"My grandfather has become less a man and more the idea of a man as these details have faded," Rohrer said.
Rohrer said the effect is that he's essentially mythologized his grandfather at this point, asking what the difference was between such an idealized man and a god. The same thing is done with historical figures, he said, noting that people are willing to travel great distances to see relics of mythologized people in the same way they make religious pilgrimages. Rohrer noted the way people travel to Jackson Pollack's studio barn to see the artist's paint-spattered shoes or the steady flow of tourists travelling to Stonehenge.
Rohrer thought his game should have elements of that sense of mythology, of players leaving evidence of their time in that world the same way they impact the real world. The original idea, then, was to make a game that was only ever played by one person at a time and was passed from person to person after each was finished with it. He reasoned that if players were able to modify the world specifically with an eye for how future players will experience the world, much like his grandfather did with I-77, then that would lead to an interesting dynamic.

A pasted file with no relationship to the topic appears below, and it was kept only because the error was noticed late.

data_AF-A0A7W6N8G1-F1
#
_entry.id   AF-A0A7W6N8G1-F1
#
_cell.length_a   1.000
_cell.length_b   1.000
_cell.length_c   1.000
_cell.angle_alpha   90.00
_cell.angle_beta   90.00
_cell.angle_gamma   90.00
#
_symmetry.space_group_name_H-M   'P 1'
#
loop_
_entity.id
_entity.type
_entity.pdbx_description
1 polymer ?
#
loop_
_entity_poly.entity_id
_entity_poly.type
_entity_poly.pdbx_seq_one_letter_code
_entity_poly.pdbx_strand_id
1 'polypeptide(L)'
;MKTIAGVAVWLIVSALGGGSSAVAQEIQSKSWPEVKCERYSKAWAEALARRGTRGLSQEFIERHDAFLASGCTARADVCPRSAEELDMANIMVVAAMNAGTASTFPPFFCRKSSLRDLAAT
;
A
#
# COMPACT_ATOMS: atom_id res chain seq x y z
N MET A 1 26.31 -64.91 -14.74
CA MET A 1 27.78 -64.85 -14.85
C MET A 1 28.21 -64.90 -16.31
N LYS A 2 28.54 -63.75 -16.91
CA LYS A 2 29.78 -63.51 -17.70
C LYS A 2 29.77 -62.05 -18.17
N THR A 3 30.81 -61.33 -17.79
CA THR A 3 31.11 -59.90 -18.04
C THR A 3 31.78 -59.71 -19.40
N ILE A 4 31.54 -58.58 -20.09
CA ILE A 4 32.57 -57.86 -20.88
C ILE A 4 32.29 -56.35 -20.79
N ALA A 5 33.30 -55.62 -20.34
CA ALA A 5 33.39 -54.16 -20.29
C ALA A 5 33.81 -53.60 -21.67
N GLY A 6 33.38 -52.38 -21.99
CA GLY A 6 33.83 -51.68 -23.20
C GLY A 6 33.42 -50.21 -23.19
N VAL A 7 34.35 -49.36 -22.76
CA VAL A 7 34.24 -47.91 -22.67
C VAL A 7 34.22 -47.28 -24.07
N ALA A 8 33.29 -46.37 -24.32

Rohrer then introduced Chain World, which is actually a mod for the open-ended indie hit Minecraft. There's only one copy of the game in the world, and it's on a USB stick Rohrer held up to the crowd. The player runs Chain World and plays until he or she dies exactly once. At that point, the game saves the world and copies it back to the USB stick. Then the player takes the USB stick and gives it to someone who expresses interest.